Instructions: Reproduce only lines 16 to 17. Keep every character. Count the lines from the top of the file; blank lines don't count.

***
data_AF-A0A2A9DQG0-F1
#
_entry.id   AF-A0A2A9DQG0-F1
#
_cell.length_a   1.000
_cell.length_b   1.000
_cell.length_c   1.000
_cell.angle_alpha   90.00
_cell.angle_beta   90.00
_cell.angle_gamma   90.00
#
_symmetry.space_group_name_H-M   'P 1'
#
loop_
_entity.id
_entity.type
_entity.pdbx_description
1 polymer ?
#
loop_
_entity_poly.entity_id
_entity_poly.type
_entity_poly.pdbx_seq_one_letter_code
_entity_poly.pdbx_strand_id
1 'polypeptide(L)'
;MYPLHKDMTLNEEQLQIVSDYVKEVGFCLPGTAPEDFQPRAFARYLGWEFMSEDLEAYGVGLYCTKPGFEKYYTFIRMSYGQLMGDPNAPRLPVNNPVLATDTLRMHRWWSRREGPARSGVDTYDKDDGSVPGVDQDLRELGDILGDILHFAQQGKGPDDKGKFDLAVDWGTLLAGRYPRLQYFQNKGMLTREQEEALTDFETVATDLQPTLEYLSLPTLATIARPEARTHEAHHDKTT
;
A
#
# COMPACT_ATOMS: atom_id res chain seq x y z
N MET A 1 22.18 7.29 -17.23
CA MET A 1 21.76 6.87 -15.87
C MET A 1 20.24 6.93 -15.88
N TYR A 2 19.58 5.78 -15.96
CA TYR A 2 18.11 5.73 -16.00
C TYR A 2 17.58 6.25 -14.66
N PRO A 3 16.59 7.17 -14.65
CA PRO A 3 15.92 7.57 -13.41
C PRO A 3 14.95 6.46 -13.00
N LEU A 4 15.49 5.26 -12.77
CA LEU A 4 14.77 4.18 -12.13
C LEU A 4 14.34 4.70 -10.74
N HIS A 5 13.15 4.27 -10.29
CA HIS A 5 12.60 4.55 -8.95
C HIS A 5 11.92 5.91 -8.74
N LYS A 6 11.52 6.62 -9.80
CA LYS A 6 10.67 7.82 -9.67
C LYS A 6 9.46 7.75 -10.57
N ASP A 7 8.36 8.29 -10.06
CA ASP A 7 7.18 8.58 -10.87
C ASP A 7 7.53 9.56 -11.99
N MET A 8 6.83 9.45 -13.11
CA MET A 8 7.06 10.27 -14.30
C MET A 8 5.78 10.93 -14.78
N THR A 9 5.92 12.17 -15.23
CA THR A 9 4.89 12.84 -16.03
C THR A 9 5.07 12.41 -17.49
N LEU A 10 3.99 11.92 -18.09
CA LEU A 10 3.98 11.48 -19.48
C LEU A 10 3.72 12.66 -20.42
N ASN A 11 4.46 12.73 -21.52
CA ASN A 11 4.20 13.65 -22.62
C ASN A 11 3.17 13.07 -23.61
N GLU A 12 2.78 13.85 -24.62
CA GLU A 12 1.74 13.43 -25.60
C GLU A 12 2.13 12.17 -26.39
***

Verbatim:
_entity.type
_entity.pdbx_description